- Do you need the computer to be mobile? If you travel a lot or work from different locations, your computer will travel with you and you want to make sure that you can still access all the information and applications that you need to continue to work.
For me, I needed a computer that I could carry around that was under $2000, a great graphics card and had at least 8 GB of RAM for the various processes that I use throughout the day for business and pleasure. I also wanted a laptop that had a touch screen and could convert to a tablet-like device when needed. Since I already had experience with HP devices that is what I stuck to. Make a list of your wants and needs and start the research there.
How should I choose a password to protect my computer?
Choosing a password can be very difficult especially when you have dozens of accounts that need them. I think in total I probably have 100 different password variations across personal, business, and work. The recommendation is that passwords should be at least 8 characters, including upper and lower case letters, numbers and symbols. This is great; however, consider making your password at least 12 characters and use a passphrase that you can easily remember.
So something like Myfatdoglovespotatoes = myf@td0Glo3esp0tatoe$.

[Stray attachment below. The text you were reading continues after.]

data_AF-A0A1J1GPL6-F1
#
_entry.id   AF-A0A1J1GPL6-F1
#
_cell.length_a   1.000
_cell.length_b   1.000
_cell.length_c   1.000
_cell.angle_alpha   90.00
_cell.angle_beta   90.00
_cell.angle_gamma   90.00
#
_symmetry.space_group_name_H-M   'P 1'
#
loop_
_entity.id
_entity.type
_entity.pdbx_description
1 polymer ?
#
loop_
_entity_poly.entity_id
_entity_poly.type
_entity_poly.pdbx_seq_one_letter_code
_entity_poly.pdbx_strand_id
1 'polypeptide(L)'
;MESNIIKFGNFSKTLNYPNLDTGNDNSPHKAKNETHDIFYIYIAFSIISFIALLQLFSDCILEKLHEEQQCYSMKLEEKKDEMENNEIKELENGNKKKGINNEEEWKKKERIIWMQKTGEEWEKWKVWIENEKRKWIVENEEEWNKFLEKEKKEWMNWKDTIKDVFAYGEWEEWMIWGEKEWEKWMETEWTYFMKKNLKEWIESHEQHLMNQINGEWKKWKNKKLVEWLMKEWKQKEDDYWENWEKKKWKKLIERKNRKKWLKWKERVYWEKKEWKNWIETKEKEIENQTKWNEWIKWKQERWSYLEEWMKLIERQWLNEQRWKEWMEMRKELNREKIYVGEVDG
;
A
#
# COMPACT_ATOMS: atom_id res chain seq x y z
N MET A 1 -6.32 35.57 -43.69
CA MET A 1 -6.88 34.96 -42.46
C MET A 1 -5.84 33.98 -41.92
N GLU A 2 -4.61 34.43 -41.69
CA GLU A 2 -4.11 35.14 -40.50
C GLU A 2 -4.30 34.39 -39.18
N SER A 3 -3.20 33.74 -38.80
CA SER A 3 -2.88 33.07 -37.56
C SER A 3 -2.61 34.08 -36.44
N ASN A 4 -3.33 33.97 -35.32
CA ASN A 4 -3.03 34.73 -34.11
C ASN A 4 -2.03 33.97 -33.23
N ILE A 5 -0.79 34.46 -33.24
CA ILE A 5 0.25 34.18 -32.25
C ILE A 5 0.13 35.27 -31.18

If all else fails, use a password manager such as LastPass, Dashlane or Keeper. With these managers, you can create a super random password for each account and they are stored in the manager. Just don’t forget your main password to actually log in to the password manager!
How often should I change the password? (for my email? ecommerce account?)
Passwords should be changed regularly, around the 90-day mark. In addition to passwords, you should enable 2 factor authentication (2FA). This is a method to further confirm you are who you say you are. Check out the settings in your accounts and there should be an option to enable this feature.
Do I need to install additional protection software when purchasing a computer?
Typically, computers will come installed with software to keep it secure. This can include antivirus and antimalware software. You may also want to install a VPN service to help keep your online presence anonymous. I use Avast but there are plenty of others out there as well.
You may want to uninstall any promotional type applications that come by default on the computer. These take up space if you don’t need them and sometimes come with additional costs.
What else should I know about running my computer like a professional?
Make sure you register your computer warranty as soon as you get it. That way if anything goes wrong, you can get it taken care of.
Update your computer. One would think that the computer should already be updated, but electronics can sometimes sit in a warehouse for quite some time without updates.
Set up automatic local and cloud backups just in case your computer crashes.
Make sure to only download applications and files that you need and from trusted sources.
The DC Women’s Business Center is funded in part by the Small Business Administration and supported by the National Community Reinvestment Coalition. The DCWBC is a small business development organization focused on empowering women entrepreneurs in the DMV region.
Monti Taylor is the resource coordinator for the DCWBC.